SYDNEY (AFP) - The Australian authorities said on Wednesday they had largely contained a destructive bushfire in the country's south but would remain vigilant against potential flare-ups with a heatwave set to send temperatures soaring, as rain in fire-hit areas brought welcome relief for firefighters.
South Australia's fire service said it had 95 per cent of a huge blaze in the Adelaide Hills in hand, as a scorching afternoon with temperatures rising to 38 deg C was cooled down by rain.
"The fire ground is 95 percent contained," said Country Fire Service chief Greg Nettleton. "We've narrowed it down to two locations where we've got hot spots. This rain won't calm the hot spots, it requires people to do work on them."
He said he was more worried about new fires that started after lightning struck parts of South Australia in the afternoon, with strong wind gusts of up to 120 kmh. "I'm more concerned about the wind gusts over new fires that have just been initiated by lightning because that will cause those fires to spread," he said.
The improved conditions meant a major emergency declared on Saturday would be cancelled, with the operation moving into the recovery phase, South Australian Premier Jay Weatherill said.
Australian Prime Minister Tony Abbott will visit the fire ground on Thursday.
"There is a risk still that fire may re-erupt in some of the areas where it hasn't yet burnt," the fire service's incident controller, Mr Scott Turner, said.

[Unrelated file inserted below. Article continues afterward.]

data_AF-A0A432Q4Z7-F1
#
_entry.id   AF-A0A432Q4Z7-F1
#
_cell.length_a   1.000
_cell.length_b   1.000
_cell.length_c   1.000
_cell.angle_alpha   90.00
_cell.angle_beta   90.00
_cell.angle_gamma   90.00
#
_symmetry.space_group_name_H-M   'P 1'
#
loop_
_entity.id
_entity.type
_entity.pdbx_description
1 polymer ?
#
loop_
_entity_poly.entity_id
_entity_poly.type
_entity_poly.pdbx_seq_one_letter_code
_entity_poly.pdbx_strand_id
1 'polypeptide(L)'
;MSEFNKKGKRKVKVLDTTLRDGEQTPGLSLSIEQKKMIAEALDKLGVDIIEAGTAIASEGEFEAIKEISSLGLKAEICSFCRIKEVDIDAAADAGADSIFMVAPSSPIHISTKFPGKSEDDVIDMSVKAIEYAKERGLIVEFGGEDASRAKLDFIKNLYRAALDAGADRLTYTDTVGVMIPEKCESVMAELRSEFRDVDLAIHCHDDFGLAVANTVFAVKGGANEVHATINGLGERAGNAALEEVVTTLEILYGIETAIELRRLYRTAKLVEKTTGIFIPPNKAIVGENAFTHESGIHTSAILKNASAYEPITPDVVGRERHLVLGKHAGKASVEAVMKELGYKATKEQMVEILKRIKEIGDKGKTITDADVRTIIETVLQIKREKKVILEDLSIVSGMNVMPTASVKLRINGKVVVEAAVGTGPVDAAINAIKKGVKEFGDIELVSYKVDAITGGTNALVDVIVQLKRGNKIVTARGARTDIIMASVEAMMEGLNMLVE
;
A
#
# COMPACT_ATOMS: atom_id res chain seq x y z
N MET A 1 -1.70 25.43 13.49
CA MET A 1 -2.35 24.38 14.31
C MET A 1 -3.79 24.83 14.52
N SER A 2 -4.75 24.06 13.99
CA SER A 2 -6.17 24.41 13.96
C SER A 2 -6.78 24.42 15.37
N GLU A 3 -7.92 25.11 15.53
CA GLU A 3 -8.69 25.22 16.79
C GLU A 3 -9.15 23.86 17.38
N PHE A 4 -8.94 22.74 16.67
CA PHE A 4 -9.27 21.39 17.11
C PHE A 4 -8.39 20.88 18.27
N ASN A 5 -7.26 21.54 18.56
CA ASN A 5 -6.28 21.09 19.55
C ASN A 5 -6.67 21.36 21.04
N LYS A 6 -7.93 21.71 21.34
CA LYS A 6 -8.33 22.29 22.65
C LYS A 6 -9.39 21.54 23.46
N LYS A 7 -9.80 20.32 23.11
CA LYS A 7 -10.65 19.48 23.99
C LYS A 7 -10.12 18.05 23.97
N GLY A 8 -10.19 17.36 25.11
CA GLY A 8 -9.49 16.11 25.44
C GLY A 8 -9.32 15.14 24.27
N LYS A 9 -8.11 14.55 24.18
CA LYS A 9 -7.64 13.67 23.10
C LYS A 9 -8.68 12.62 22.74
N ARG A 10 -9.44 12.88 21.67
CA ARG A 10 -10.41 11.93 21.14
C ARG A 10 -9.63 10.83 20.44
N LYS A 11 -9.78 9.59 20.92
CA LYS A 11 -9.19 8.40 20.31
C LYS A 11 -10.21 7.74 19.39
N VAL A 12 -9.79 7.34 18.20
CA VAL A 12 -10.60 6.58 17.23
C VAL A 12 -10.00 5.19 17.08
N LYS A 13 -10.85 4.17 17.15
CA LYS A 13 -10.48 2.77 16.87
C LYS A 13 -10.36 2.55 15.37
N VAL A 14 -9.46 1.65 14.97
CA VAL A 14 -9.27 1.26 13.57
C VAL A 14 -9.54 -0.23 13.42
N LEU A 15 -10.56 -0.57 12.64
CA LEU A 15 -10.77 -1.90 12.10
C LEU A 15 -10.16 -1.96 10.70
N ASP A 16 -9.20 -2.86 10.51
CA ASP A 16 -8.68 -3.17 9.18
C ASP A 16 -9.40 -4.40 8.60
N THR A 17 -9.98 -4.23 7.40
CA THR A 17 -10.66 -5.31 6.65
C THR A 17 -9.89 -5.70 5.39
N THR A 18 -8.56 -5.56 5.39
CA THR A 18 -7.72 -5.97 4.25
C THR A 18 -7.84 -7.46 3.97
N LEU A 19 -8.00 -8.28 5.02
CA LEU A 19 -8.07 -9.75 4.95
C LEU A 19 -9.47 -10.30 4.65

Up to 800 firefighters had been working over the past six days to get the blaze under control. The bushfire was razed 12,500ha of scrub and farmland in the Mount Lofty Ranges, east of Adelaide, over the weekend. Some 167 buildings, including 32 homes, have been damaged or destroyed since last Friday, when the blaze broke out.
Mr Turner said firefighters had mobilised additional resources - including aircraft dumping fire retardant - ahead of the expected rise in temperatures and changing wind conditions.
"The fire conditions today - although are high to severe - are not the same as Friday," Mr Turner said. "We have in excess of 14 aircraft available to us should we see severe weather conditions this afternoon. We will move every asset we have available to protect our communities and to stop further fire spread."
Firefighters are hopeful that if they are able to keep the fire within containment lines on Wednesday, easing weather conditions on Thursday will help them get it fully under control.
Nasa satellite imagery of Adelaide Hills on Saturday had shown large plumes of smoke rising from the fire-affected areas, with officials saying the bushfire conditions were the worst in the area since the 1983 Ash Wednesday blazes.
The 1983 disaster killed more than 70 people in South Australia and Victoria and destroyed thousands of homes and buildings.
The bushfire has already seen 350 insurance claims of more than A$13 million (S$14 million), the Insurance Council of Australia said.
In neighbouring Victoria state, temperatures are also expected to soar, with residents in fire-affected areas told to remain alert even as bushfire warnings were downgraded.
Bushfires are common in Australia's hot summer months. "Black Saturday", the worst firestorm in recent years, devastated southern Victoria in 2009, razing thousands of homes and killing 173 people.